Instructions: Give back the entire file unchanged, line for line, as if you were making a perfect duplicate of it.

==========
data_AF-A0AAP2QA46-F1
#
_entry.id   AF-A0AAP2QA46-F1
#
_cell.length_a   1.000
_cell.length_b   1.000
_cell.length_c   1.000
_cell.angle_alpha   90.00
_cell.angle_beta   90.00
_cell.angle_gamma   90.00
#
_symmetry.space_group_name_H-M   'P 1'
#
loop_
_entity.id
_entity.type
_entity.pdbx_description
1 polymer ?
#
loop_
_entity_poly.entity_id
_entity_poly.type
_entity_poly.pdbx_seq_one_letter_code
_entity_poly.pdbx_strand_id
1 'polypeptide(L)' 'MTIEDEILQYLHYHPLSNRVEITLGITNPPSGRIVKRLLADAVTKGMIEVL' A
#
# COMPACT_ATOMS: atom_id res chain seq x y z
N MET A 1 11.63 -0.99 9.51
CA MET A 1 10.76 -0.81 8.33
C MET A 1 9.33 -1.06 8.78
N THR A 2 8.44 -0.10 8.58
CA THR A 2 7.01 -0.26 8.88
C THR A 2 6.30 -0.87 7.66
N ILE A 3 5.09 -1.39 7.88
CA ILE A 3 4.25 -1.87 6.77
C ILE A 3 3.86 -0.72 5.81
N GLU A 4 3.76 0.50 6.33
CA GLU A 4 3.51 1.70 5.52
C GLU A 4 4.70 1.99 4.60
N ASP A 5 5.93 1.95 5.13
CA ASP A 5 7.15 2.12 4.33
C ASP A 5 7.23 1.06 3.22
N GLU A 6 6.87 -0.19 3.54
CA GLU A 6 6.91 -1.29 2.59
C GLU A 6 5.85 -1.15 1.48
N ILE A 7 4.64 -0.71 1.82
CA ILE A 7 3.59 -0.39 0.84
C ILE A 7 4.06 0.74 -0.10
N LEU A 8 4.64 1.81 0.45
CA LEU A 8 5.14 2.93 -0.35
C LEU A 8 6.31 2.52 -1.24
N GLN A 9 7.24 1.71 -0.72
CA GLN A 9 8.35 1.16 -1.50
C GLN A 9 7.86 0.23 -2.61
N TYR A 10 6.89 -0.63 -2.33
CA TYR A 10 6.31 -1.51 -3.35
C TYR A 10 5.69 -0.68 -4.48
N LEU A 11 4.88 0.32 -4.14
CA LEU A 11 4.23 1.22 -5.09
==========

data_AF-A0AAP2QA46-F1
#
_entry.id   AF-A0AAP2QA46-F1
#
_cell.length_a   1.000
_cell.length_b   1.000
_cell.length_c   1.000
_cell.angle_alpha   90.00
_cell.angle_beta   90.00
_cell.angle_gamma   90.00
#
_symmetry.space_group_name_H-M   'P 1'
#
loop_
_entity.id
_entity.type
_entity.pdbx_description
1 polymer ?
#
loop_
_entity_poly.entity_id
_entity_poly.type
_entity_poly.pdbx_seq_one_letter_code
_entity_poly.pdbx_strand_id
1 'polypeptide(L)' 'MTIEDEILQYLHYHPLSNRVEITLGITNPPSGRIVKRLLADAVTKGMIEVL' A
#
# COMPACT_ATOMS: atom_id res chain seq x y z
N MET A 1 11.63 -0.99 9.51
CA MET A 1 10.76 -0.81 8.33
C MET A 1 9.33 -1.06 8.78
N THR A 2 8.44 -0.10 8.58
CA THR A 2 7.01 -0.26 8.88
C THR A 2 6.30 -0.87 7.66
N ILE A 3 5.09 -1.39 7.88
CA ILE A 3 4.25 -1.87 6.77
C ILE A 3 3.86 -0.72 5.81
N GLU A 4 3.76 0.50 6.33
CA GLU A 4 3.51 1.70 5.52
C GLU A 4 4.70 1.99 4.60
N ASP A 5 5.93 1.95 5.13
CA ASP A 5 7.15 2.12 4.33
C ASP A 5 7.23 1.06 3.22
N GLU A 6 6.87 -0.19 3.54
CA GLU A 6 6.91 -1.29 2.59
C GLU A 6 5.85 -1.15 1.48
N ILE A 7 4.64 -0.71 1.82
CA ILE A 7 3.59 -0.39 0.84
C ILE A 7 4.06 0.74 -0.10
N LEU A 8 4.64 1.81 0.45
CA LEU A 8 5.14 2.93 -0.35
C LEU A 8 6.31 2.52 -1.24
N GLN A 9 7.24 1.71 -0.72
CA GLN A 9 8.35 1.16 -1.50
C GLN A 9 7.86 0.23 -2.61
N TYR A 10 6.89 -0.63 -2.33
CA TYR A 10 6.31 -1.51 -3.35
C TYR A 10 5.69 -0.68 -4.48
N LEU A 11 4.88 0.32 -4.14
CA LEU A 11 4.23 1.22 -5.09